Q: What interested you about becoming a genetic counselor?

A: After becoming fascinated by pedigrees and risk assessments for genetic conditions in my AP Biology class, I decided to attend a week-long genetics camp at Clemson University the summer before my senior year of high school. Our lead professor concluded the camp with a presentation on human genetic disease and other careers in genetics. This was the first time I heard the term “genetic counselor” and learned of their important role in a patient’s diagnostic odyssey. Initially, I thought my career trajectory was in forensic science. But after a semester-long mentorship, I discovered my passion for human connection and hearing others’ stories.

Carly Smith with research advisor
Smith with her research advisor, Caitlin Mann, MGC CGC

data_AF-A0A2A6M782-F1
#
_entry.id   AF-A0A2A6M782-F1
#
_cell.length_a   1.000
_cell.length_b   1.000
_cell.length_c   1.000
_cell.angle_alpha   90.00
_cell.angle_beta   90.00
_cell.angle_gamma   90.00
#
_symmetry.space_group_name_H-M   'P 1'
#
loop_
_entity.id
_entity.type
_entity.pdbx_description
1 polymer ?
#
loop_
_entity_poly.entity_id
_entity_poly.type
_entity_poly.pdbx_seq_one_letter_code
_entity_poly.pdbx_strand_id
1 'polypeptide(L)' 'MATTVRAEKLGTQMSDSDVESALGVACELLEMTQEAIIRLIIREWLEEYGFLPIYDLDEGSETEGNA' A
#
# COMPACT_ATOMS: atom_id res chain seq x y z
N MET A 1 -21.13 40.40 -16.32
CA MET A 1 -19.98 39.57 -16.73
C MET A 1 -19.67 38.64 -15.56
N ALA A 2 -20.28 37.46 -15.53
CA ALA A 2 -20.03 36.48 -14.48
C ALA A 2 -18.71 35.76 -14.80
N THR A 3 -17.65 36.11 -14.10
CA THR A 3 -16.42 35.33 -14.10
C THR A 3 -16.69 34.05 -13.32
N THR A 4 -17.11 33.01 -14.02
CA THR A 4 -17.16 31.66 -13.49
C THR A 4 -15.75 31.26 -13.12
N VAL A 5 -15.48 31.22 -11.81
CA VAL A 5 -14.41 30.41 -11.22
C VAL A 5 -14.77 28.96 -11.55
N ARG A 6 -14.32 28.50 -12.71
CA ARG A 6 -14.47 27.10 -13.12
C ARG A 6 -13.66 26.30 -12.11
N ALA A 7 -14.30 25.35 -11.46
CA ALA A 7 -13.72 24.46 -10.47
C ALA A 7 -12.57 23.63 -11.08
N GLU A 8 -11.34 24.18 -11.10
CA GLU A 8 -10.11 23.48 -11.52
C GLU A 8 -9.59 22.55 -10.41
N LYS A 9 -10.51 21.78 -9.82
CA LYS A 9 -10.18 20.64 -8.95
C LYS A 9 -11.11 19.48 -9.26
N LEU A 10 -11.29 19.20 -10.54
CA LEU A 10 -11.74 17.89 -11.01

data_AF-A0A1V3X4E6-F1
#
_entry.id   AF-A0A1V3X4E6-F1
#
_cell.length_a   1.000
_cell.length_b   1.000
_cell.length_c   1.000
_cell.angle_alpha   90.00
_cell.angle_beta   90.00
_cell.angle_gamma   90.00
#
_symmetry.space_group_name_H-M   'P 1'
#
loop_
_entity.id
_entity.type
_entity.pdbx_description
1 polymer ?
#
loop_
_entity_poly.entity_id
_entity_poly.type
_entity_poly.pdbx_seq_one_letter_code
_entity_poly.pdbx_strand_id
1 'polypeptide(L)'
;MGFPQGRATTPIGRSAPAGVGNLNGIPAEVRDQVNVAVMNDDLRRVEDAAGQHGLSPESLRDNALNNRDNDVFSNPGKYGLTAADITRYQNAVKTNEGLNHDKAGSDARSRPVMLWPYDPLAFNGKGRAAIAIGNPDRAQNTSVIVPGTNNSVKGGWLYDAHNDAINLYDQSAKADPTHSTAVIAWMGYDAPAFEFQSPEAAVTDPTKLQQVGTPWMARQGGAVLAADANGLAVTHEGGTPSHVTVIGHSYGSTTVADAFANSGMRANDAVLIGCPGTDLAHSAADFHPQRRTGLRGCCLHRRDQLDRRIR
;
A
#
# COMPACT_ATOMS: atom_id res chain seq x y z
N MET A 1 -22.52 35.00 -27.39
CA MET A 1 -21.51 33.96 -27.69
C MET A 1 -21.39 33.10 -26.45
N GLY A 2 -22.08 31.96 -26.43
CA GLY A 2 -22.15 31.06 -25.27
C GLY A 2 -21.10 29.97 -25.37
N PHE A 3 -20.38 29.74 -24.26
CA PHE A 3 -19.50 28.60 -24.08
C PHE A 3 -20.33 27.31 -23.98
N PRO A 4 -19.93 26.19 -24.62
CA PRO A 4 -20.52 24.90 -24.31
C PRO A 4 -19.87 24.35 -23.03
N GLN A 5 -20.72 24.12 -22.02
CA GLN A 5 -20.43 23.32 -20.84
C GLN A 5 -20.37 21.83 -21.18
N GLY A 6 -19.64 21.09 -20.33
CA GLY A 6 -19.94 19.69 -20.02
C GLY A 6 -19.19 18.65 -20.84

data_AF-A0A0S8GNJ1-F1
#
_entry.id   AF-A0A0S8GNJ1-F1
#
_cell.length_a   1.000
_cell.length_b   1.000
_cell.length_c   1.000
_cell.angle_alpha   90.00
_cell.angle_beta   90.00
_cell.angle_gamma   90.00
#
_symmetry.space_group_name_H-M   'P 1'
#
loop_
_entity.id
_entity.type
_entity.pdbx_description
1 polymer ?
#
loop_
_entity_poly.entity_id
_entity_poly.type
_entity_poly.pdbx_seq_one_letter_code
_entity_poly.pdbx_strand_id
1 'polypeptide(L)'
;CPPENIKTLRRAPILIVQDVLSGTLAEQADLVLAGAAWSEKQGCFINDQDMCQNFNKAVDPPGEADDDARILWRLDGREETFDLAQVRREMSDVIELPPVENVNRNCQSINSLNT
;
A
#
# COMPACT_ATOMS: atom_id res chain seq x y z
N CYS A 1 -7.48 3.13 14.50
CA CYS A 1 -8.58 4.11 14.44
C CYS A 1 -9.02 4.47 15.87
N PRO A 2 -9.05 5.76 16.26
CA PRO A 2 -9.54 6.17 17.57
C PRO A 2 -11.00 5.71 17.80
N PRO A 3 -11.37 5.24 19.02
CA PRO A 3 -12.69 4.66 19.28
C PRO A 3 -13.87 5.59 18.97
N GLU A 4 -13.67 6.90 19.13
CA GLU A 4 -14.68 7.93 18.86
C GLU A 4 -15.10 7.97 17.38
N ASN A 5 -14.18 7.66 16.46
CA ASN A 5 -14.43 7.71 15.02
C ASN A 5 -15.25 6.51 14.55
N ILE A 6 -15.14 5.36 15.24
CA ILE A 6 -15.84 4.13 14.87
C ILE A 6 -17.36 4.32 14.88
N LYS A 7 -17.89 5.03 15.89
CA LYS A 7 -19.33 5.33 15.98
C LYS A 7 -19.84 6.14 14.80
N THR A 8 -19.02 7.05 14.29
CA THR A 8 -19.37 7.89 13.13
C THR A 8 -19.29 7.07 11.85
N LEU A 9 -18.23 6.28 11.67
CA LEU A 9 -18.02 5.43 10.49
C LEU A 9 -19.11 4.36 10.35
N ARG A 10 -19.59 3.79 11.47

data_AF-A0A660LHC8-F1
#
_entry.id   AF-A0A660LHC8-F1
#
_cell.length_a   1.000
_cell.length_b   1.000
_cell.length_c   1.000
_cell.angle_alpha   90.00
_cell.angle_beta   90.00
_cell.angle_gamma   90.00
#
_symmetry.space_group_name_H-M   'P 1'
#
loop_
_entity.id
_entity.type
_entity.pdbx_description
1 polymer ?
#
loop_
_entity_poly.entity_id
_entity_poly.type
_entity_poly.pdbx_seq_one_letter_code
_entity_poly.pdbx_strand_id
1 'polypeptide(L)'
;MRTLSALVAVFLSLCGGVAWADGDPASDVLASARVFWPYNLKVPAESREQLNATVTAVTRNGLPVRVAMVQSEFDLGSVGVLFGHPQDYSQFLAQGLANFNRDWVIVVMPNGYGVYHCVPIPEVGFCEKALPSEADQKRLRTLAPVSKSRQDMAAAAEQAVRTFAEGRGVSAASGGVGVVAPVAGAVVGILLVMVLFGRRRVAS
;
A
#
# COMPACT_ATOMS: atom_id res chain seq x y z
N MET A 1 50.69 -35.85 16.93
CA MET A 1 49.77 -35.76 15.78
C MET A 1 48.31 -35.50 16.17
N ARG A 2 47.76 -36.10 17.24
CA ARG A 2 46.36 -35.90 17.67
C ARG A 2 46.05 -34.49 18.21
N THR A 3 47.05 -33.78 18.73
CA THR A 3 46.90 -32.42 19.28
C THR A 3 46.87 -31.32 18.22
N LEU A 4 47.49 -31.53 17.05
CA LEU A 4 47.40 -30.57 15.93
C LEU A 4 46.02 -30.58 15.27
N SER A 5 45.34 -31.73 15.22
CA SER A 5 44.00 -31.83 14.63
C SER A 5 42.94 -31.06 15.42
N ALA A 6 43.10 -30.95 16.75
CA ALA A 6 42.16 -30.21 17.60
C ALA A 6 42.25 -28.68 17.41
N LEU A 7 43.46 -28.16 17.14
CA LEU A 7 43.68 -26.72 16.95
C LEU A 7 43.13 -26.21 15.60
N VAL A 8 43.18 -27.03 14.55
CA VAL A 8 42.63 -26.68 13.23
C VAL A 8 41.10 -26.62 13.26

Q: Why did you choose Vanderbilt?

A: Easy – the welcoming and inclusive environment of our faculty. I was nervous entering application and interview season without a pending degree in biology or laboratory work during undergrad. I distinctly remember interviewing with several faculty members, who ultimately became advisers and role models during my time at Vanderbilt. Each valued my unique experiences, mentioning how they could connect with items on my resume. From the beginning of my interview process, throughout my training, and still as a professional, the faculty at Vanderbilt encourage individual endeavors and champion each student in their individual pursuits.

Smith with MGC classmates in front of Nashville skyline
Smith with MGC classmates

Q: How did the MGC program help to prepare you for your current role?